If I Stay (2014)
Chloe Grace Moretz plays teenager Mia Hall. While she was born to a couple of “too cool” rocker parents, she gravitated to the cello and classical music from a very young age. And she has since blossomed into something of a prodigy, eventually landing an audition with Juilliard. Meanwhile, she also happens to have a rocker boyfriend whose band is really taking off. If we were to look at these elements in isolation, they’d easily fit into any standard teenage movie or TV sitcom. But, of course, there’s a twist.
Based the book of the same name, If I Stay takes a dramatic turn early on in the movie when Mia’s family is involved in a nasty car accident. She finds herself in an out-of-body experience, watching as the paramedics wheel her body off to the hospital. Eventually, we learn that the rest of her family doesn’t make it (not really a spoiler) and she has to decide if she wants to come back to this world as an orphan or if she wants to leave with her family to the great beyond.
The tale is told by intermittently switching between flashback sequences, most of which explore Mia’s relationship with her boyfriend, and the out-of-body experience at the hospital. It’s clear enough that teenage girls are the target demographic for a film like this, offering a balance between moments of nervous giggles, some teenage drama, and a “too cool” boyfriend to swoon over. This is certainly a very different character than Hit-Girl from the Kick-Ass movies and Chloe Grace Moretz provides levity and sentiment to a decidedly flawed film that drags on about 30 minutes too long.
You make some choices and some choices make you. Whether or not you allow yourself to be manipulated to tears by this movie is completely up to you, but I swear someone was cutting onions in that theater.
The Giver (2014)
Speaking of teenage drama that takes itself more seriously than most, The Giver is also based on a book. The difference is that we are presented with something of a dystopian utopia where all war, famine, negativity, prejudice, inequality and emotion are stripped away from the citizens. Instead, they are given a community of sameness where jobs are assigned and widespread ignorance dominates. Only one person knows the real truth and he must now “give” that knowledge to the teen designated as the Receiver.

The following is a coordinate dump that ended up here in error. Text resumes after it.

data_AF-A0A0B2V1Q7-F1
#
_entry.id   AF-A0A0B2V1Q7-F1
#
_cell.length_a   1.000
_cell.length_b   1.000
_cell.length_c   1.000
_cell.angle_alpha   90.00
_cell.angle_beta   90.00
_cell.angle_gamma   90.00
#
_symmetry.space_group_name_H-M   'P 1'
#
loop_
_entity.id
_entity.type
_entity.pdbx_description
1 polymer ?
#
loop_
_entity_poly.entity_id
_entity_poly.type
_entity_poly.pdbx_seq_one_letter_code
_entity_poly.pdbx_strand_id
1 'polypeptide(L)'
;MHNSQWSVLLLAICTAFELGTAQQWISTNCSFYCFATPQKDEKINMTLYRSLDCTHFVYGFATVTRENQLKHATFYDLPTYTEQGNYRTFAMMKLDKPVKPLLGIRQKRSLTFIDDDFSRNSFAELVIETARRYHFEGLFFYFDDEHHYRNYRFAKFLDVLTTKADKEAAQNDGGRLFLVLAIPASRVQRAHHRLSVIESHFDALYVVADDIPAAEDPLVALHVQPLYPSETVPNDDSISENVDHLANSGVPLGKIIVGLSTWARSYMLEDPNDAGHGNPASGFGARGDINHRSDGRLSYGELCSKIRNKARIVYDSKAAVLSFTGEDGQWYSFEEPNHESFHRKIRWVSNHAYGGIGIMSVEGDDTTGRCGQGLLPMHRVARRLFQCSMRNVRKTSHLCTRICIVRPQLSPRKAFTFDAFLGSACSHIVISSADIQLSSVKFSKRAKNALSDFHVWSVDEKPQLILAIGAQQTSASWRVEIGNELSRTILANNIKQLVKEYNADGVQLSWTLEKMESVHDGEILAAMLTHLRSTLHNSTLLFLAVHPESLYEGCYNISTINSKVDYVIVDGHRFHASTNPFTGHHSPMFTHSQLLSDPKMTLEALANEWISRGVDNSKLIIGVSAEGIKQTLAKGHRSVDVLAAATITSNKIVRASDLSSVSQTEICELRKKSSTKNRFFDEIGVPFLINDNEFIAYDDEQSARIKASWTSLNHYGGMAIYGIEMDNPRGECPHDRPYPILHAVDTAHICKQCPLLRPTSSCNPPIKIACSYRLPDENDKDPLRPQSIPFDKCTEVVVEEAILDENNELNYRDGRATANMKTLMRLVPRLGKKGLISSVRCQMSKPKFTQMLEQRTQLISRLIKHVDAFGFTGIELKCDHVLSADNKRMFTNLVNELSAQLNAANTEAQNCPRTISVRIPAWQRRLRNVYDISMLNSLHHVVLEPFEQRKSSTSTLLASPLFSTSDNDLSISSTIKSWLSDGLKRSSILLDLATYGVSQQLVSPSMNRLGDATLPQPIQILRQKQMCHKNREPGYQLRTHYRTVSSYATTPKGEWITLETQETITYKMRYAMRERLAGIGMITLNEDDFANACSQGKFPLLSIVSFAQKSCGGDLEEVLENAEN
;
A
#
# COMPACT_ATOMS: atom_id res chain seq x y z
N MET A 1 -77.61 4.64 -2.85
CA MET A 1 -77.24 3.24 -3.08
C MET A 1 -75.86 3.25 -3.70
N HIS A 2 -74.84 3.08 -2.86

The premise of the film is a promising one and it’s one whose potential you can feel building as the tale progresses. Unfortunately, that potential is never fully realized. We are never given any real explanation why the memories can simply pass from Giver to Receiver by holding hands, for example, and the sloppy final act feels like the screenwriters couldn’t figure out how to wrap up this mess.
“When people are given the freedom to choose,” we are told by Meryl Streep’s Chief Elder character, “they choose wrong. Every time.” Maybe making this movie, after the idea lingered in limbo for so many years and got upstaged by The Hunger Games and even The Matrix, was the wrong choice.
Dim Sum Funeral (2008)
To my knowledge, Dim Sum Funeral is not based on a book targeted at the teenage crowd. Instead, it approaches a topic that is rarely (if ever) covered in a mainstream film: very Americanized Asians struggling to figure out traditional Chinese funeral rites for their recently deceased mother.
It also doesn’t help that these adult siblings really don’t get along and most of them have strayed pretty far from “tradition.” One daughter is with a white guy, another daughter had a child with a black guy, the youngest (I’m assuming) daughter is with another woman, and the lone son is unfaithful to his wife. Much like The Giver and If I Stay, there is indeed promise in this premise, offering a voice to all of us “westernized” Asians. However, just like the other two films, Dim Sum Funeral doesn’t live up to this promise. The acting is stiff, the cinematography is amateur, and the plot twist ultimately lacks impact.
The minimal amount of dim sum in the movie was also disappointing.